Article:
Tracking my efforts to beat Myalgic Encephalomyelitis (ME), aka CFIDS, aka CFS

Tracking my efforts to beat Myalgic Encephalomyelitis (ME), aka CFIDS, aka CFS

Wednesday, April 25, 2012

Probiotics: Putting the "error" in "trial and error."

Recently, I decided to experiment with a super-potent brand of probiotics called VSL3.  In spite of of the cost (almost $60 in capsule form), I thought I might need these super-biotics because I'd recently taken two full courses of antibiotics.  Since I'm already fighting off candida, I figured that those two courses of antibiotics must certainly have decimated by gut flora and given the candida enough room to mount a full scale attack.  So I went for what I called in a previous post, "the nuclear option" of probiotics: VSL3, to replace all the "good bacteria" that the antibiotics must have killed.

I had ordered the VSL3 over the internet, and it arrived on my doorstep two days later in a Styrofoam cooler the size of a small TV set.  Deep within the cooler, under several layers of ice and exotic packaging, was a tiny bottle of well-chilled probiotics.  I felt a little like I was involved in international espionage - like I was receiving a dangerous agent of biological warfare.

I took one capsule of the VSL3, for the first time, on Saturday night before going to bed.  The next morning I felt nauseous and crashed all day.  (Although, the strange thing about this crash was that it was limited to just one day.  I've never before had such a strong but brief crash).

Since nausea is not one of my regular ME symptoms, I figured that both the nausea and the crash that came with it, were probably caused by the VSL3.  But I decided to give it another try on Monday night.  After all, the VSL3 was probably the most expensive item in my refrigerator by a factor of 10.  I didn't want to let it go to waste.

Tuesday morning brought the same nausea and an even worse crash.  This crash came with a rapid heart beat, like the bad crashes I used to experience very early on after initial onset of ME/CFS. So I've decided to cut my losses and write off the VSL3 as a failed experiment.

[5/12/12 update:  I've since been advised by a PWME friend that he's heard that VSL3 causes that exact same reaction -- rapid heart beat and all -- for a certain subset of PWMEs.  Obviously, I cannot verify my friend's statement, so I'm merely relating what he told me.]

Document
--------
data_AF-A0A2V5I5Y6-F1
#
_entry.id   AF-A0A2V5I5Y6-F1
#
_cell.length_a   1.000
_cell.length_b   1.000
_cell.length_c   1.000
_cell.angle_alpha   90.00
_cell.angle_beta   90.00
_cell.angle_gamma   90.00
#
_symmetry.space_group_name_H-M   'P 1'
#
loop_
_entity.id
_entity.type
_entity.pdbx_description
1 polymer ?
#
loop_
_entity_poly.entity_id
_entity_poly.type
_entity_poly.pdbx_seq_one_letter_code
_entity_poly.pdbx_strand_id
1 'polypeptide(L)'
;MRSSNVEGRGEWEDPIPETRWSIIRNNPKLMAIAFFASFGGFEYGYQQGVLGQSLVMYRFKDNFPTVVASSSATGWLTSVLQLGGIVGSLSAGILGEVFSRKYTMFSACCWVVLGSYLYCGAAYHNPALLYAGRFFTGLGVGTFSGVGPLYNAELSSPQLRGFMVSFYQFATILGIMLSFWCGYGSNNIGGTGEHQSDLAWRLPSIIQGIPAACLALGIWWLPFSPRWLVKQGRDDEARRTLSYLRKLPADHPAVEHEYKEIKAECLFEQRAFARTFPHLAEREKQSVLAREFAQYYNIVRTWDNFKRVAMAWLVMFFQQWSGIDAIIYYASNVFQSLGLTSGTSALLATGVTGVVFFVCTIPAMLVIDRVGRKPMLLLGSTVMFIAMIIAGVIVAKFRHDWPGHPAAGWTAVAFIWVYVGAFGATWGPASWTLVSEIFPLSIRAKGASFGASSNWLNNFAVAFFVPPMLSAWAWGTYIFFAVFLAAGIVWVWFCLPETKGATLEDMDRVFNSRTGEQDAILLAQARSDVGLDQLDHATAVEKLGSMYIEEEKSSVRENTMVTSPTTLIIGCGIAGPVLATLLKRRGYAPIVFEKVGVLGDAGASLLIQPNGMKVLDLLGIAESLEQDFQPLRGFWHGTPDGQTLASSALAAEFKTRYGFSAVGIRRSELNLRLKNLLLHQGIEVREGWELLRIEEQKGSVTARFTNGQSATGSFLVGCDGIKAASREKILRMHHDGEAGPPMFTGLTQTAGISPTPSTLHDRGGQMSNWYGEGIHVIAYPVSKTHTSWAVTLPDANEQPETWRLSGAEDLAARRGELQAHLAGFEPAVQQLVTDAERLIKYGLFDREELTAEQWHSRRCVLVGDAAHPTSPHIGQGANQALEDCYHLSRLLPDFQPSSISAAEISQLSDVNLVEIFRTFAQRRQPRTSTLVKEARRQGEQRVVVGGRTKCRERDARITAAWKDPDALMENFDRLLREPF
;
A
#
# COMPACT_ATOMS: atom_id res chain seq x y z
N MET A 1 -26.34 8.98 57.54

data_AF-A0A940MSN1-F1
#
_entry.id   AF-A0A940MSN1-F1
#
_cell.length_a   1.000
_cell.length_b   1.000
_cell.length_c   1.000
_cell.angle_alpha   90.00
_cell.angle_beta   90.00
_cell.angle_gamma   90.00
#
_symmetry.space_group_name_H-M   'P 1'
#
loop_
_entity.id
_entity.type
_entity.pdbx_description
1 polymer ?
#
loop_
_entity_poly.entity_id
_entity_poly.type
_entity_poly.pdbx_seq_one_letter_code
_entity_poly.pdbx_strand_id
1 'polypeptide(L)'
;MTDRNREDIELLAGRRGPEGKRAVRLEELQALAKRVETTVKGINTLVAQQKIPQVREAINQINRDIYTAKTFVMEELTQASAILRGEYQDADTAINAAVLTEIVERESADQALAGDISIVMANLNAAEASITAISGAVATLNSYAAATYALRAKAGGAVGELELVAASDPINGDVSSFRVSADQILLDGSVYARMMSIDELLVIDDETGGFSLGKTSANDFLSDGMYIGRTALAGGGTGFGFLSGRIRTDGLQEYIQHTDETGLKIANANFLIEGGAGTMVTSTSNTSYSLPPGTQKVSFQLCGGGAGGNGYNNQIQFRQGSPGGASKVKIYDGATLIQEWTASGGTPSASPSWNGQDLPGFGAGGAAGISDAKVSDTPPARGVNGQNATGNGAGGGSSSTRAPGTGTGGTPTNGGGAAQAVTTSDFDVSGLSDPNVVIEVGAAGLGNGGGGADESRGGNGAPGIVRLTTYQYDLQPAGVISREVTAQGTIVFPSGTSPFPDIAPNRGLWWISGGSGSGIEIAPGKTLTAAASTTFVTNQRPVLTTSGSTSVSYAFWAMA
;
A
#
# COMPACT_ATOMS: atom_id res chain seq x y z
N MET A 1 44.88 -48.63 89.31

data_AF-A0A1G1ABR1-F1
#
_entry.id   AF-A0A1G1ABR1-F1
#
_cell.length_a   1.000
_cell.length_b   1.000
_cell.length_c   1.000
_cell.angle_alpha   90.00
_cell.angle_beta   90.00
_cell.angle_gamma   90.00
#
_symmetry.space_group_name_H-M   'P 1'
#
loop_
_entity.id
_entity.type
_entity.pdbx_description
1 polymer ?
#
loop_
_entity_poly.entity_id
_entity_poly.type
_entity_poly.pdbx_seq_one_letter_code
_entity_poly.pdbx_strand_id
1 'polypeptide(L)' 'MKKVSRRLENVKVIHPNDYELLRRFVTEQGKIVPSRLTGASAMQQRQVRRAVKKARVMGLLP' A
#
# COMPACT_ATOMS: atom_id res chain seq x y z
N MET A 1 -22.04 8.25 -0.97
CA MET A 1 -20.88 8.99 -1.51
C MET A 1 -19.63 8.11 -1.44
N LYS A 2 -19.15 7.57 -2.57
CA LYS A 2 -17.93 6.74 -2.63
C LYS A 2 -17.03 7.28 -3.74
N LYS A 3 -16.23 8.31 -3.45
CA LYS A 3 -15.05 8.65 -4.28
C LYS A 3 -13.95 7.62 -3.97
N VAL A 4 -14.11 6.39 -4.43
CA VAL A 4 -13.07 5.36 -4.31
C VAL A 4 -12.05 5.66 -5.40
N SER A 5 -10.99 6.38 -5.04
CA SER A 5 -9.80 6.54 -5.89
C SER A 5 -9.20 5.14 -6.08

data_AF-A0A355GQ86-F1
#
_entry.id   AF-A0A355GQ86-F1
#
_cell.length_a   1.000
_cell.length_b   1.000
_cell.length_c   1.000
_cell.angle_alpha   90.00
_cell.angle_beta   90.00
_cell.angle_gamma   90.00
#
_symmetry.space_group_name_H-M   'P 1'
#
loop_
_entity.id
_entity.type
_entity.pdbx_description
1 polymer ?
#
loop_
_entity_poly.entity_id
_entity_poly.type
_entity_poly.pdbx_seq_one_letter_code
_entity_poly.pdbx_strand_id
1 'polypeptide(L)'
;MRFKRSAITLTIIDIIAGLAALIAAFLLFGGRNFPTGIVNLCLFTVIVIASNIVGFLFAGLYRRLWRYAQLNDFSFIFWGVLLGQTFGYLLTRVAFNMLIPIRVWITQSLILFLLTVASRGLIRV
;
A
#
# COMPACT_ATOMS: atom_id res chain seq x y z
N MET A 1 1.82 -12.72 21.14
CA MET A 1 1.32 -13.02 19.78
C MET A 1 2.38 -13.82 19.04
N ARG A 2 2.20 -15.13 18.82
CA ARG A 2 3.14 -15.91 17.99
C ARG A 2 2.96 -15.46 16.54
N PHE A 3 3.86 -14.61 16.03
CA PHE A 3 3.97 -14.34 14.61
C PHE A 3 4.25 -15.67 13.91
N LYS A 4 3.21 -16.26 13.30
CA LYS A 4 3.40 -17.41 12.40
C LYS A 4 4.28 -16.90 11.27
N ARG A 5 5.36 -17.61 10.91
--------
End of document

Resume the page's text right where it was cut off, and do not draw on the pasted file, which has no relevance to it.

To be fair, several people on PR have reported good experiences with VSL3, so it may be simply that the product wan't right for me.  But this brief setback certainly won't prevent me from continuing to search for the right combination of supplements and prescription(s) to get me into remission.




4 comments:

  1. Hi, Patrick -

    You left a very kind comment on my blog back in FEBRUARY, and it has taken me this long to check out your blog! So sorry about that - I have been overwhelmed with my son's medical problems this past year and trying to help him get to his high school graduation next month.

    Sorry to hear the super-probiotics didn't work for you. You are right - it IS important to keep up lots of probiotics when on abx. I took high-dose abx for 3 1/2 years to treat Lyme disease (I finally got rid of it!), and during that time, I took 4 high strength probiotic capsules a day, plus 2 Saccharomyces Boulardii capsules a day (that's a probiotic that is especially good against yeast). During the last part of my treatment, when I added in a SECOND abx, I also took Diflucan to combat yeast.

    I'm interested in why you were on abx for so long. Did you have Lyme also?

    Sorry for the long delay in getting back to you. I will try to check in here once in a while!

    Sue

    Live with CFS

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  2. Nice sharing! I have seen another product which is also a very healthy probiotics. Keybiotics is one of the best formula that is having billion colonies of good bacteria. There are fourteen strains of good bacteria used in its manufacturing which makes it one of the most powerful Probiotics in the market.

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  3. A probiotic supplement contains live bacterial strains. When the capsules are ingested, the bacteria travel down the digestive tract. 

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  4. Lifestyle choices, diet and the accumulation of excess weight are considered the primary risk factors for the development of type 2 diabetes.

    How do probiotics affect the condition? Let’s take a look at some research on the topic.

    A huge meta-analysis was carried out and numerous clinical experiments were examined. All of them focused on the relationship between probiotics and glucose levels. In some instances, volunteers were given foods rich in probiotics like yogurt.

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